The Laws of Attraction | Taking Agency in Our Relationship Outcomes

In the journey of relationships, understanding the laws of attraction and taking agency in our outcomes can be both enlightening and transformative. As a psychotherapist and counsellor, I've witnessed the nuances of these dynamics first-hand, helping clients navigate the often complex terrain of love, commitment, and personal growth.

So, What Does Change Look Like in a Relationship?

Change in a relationship can take many forms. Recently, I've had several clients struggling with the idea of asking their partners to change. The core question they grapple with is, "Can I live with this person as they are, or am I compromising myself and my authenticity for the sake of keeping the relationship together?" This question becomes even more complex when children are involved. Do you stay together for the children's sake, or do you leave to avoid teaching them unhealthy relationship habits? The answers are as varied as the people asking them—there's no one-size-fits-all solution.

Knowing Yourself First

One essential point I emphasise is that both partners need to know themselves to determine if they are good for each other. I recently told a client, "If two people are motivated to stay together, they each need to understand who they are." Without this self-awareness, it's challenging to establish if your partner is a good fit for you. Self-discovery is a vital part of any relationship, and it requires time and effort to understand your own needs, values, and boundaries.

The Nature of Change

Change is the mechanism for growth in any relationship. While fundamental aspects of who we are—our character, disposition, tolerances, cultural influences, history, and upbringing—remain relatively stable, we can still choose how we react, behave, or feel towards our partner. Learning the art of adaptation is crucial for navigating conflicts and finding a pathway forward, provided both parties are motivated to stay together.

A Real-Life Example

Consider a couple I worked with recently. Let's call them John and Sarah. John was very set in his ways, preferring a structured routine, while Sarah was more spontaneous and free-spirited. Their differing approaches to life often led to conflicts. They came to me, each feeling misunderstood and unappreciated. Through our sessions, we worked on self-awareness and communication. John realised that his need for routine stemmed from a sense of security rooted in his upbringing, while Sarah's spontaneity was her way of expressing freedom and joy, values she held dear from her childhood.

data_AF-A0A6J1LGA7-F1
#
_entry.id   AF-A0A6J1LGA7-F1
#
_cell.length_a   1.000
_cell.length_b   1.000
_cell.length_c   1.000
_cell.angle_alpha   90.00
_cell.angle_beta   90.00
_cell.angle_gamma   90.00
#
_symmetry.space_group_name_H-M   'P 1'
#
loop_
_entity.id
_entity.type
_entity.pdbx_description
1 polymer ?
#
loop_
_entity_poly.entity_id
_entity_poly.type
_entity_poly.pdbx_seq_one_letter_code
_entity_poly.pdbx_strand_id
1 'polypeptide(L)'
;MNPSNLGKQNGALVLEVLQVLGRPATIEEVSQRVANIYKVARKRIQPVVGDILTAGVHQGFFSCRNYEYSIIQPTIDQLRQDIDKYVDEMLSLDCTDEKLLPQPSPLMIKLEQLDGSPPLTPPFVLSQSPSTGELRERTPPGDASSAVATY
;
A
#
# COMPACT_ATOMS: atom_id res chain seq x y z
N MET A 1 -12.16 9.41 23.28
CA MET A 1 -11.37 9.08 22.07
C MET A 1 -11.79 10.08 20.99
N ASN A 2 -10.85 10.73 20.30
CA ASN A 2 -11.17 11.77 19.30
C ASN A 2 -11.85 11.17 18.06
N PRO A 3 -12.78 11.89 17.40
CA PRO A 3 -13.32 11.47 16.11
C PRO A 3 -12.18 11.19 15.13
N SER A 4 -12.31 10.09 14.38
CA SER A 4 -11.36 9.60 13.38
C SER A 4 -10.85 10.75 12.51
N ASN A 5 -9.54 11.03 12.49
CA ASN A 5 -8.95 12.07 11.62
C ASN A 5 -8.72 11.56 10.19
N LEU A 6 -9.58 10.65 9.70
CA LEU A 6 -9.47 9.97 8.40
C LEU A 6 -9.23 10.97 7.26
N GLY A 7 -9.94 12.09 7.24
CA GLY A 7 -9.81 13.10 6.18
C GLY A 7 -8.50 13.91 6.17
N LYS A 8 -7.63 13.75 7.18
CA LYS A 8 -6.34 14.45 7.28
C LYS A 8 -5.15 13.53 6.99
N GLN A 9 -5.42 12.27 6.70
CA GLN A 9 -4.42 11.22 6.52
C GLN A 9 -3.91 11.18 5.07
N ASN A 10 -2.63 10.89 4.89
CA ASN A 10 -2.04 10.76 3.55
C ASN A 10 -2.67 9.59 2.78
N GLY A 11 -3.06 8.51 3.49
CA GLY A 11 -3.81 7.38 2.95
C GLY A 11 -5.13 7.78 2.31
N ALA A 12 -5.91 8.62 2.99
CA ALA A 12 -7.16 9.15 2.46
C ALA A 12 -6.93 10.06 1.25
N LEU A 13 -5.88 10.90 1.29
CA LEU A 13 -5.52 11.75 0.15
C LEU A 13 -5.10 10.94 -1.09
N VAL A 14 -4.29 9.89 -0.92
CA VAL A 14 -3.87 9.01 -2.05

By understanding these core aspects of themselves, they learnt to appreciate each other's perspectives. John started to see Sarah's spontaneity not as chaos, but as a source of excitement and creativity that could enrich their lives. Sarah, in turn, began to understand that John's routines provided a stable foundation that allowed their family to thrive. They didn't fundamentally change who they were but adapted their behaviours and reactions to support each other better.

The Challenge of Adaptation

I won't say it is easy. It takes guts, determination, and honesty. Sometimes, the hard truth can be hurtful. Both individuals must look closely at themselves to see a pathway forward. This process involves confronting personal insecurities, acknowledging areas for growth, and being willing to compromise without losing one's authenticity.

For instance, another client of mine, let's call her Maria, struggled with her husband's emotional distance. She felt lonely and unimportant. Through our work, Maria discovered that her husband, James, had been raised in an environment where expressing emotions was discouraged. Understanding this, Maria approached their conversations with more empathy, encouraging James to share his feelings gradually. James, recognising Maria's need for emotional connection, made conscious efforts to open up. Their relationship improved significantly as they adapted to meet each other's emotional needs.

The Power of Mutual Commitment

At the core of successful relationships is the mutual desire to stay together and a deep love for each other. When both partners are committed, they have the capacity, with strategies and support, to adapt and find a win-win situation in their union.

Think of it like two people navigating a dance. Each has their own rhythm and steps, but to dance together gracefully, they need to synchronise their movements. This doesn't mean one person completely changes their dance; instead, they adjust their steps to complement their partner's. This mutual adaptation creates harmony and a stronger connection.

Final Thoughts

Taking agency in your relationship outcomes means embracing the power of change and adaptation while staying true to yourself. It's about understanding who you are, what you need, and how you can support your partner in their journey. With the right mindset and tools, change doesn't have to be daunting—it can be the very thing that strengthens your bond and brings you closer together.

Remember, relationships are a continuous journey of growth and adaptation. If both partners are willing to put in the effort, the rewards can be profoundly fulfilling. As a psychotherapist, I've seen countless couples transform their relationships by taking agency and embracing the laws of attraction. With commitment, self-awareness, and a willingness to adapt, you too can create a relationship that thrives on mutual respect, love, and understanding.

Want to start your journey towards adaptation? Book here.

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